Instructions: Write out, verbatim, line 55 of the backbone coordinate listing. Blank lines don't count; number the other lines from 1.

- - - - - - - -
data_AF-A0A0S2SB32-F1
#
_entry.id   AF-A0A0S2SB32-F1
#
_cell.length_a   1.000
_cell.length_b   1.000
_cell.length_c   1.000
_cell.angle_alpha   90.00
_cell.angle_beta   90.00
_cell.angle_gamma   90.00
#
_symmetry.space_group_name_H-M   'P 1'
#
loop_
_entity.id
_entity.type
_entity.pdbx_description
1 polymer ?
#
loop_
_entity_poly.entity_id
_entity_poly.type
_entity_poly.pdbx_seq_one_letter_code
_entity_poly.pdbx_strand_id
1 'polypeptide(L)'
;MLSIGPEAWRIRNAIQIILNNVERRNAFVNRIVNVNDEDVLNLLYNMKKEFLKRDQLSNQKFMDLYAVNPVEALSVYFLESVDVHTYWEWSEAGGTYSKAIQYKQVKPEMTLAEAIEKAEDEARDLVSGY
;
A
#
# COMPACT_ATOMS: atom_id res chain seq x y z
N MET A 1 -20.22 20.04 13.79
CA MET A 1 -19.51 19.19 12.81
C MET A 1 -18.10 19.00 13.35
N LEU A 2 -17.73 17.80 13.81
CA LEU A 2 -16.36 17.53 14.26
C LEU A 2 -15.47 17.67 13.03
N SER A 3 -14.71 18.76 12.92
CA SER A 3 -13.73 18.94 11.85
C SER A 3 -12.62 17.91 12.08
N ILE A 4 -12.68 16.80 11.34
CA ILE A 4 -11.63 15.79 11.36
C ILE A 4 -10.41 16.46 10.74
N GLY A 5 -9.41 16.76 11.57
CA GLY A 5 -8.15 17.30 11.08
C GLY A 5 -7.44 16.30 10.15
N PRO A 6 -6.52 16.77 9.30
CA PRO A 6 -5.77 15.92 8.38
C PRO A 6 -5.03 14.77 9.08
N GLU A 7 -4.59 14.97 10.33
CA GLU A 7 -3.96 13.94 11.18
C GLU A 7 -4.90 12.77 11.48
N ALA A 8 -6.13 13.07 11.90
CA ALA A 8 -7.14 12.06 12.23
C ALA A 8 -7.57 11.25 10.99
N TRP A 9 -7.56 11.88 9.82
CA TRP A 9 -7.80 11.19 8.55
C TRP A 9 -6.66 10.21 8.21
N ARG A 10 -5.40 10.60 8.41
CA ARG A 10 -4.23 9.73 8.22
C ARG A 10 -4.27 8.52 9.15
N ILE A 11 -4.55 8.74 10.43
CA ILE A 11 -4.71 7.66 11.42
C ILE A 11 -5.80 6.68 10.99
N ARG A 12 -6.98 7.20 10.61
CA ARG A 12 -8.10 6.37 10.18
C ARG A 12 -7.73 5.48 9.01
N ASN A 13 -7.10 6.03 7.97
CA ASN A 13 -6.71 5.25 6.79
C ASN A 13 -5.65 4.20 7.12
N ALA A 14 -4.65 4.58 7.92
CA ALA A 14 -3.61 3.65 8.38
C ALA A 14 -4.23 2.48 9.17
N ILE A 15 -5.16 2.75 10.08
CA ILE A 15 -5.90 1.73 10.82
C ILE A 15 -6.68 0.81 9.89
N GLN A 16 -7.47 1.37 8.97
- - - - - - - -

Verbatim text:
N TRP A 9 -7.56 11.88 9.82